Peter Navarro
Peter NavarroREUTERS/Julia Nikhinson

Former Donald Trump trade adviser Peter Navarro was convicted on Thursday of contempt of Congress for not complying to a subpoena from the House select committee investigating the January 6, 2021, attack on the US Capitol, CNN reports.

Navarro is the second ex-aide to the former President to be prosecuted for his lack of cooperation with the committee, after Steve Bannon was convicted last year on two contempt counts. Bannon’s case is currently on appeal.

Former White House chief of staff Mark Meadows was also found to be in contempt of Congress for non-compliance with the committee’s subpoena.

Prosecutors told the jury during closing arguments Thursday that Navarro “made a choice” not to comply with a February 2022 subpoena, according to CNN.

Justice Department attorney Elizabeth Aloi said that government only works if people play by the rules and are held accountable if they don’t.

“The subpoena – it is not hard to understand,” she said, adding that Navarro knew “what he was required to do and when he was required to do it.”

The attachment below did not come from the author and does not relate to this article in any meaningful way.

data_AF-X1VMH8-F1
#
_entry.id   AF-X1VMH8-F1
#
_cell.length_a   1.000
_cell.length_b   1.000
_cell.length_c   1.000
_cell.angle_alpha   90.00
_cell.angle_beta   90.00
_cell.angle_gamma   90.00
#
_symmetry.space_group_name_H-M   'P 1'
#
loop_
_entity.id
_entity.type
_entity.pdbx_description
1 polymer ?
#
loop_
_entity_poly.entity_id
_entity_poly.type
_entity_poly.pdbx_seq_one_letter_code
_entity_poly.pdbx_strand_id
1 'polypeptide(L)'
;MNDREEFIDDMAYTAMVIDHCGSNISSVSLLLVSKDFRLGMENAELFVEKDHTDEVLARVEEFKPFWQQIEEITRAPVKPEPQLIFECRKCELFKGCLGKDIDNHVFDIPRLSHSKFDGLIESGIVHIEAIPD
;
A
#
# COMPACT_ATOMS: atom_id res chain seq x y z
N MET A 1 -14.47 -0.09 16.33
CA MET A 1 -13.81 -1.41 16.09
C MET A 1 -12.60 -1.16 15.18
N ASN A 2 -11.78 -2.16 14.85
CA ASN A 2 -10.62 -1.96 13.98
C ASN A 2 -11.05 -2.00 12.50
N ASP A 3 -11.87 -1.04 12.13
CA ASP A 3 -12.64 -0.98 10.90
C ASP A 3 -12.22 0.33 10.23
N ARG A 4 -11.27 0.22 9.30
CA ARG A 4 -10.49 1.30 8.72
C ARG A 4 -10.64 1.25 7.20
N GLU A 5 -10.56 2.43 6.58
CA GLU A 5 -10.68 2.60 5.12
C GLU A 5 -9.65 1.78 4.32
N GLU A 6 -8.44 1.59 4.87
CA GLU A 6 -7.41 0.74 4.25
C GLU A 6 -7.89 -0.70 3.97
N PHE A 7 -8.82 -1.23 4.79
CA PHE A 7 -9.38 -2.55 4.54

Navarro’s attorney Stanley Woodward contested the idea that the subpoena was simple, staying that the subpoena did not specify where in the Capitol complex Navarro was supposed to show up for his deposition.

He also said that prosecutors failed to prove that Navarro was willful in his failure to comply with the subpoena, arguing that prosecutors hadn’t established that his non-compliance with the demand for testimony was not the result of a mistake or accident.

The House committee investigating the January 6 US Capitol riots voted unanimously in March of last year to hold Navarro as well as Trump adviser Dan Scavino in contempt of Congress.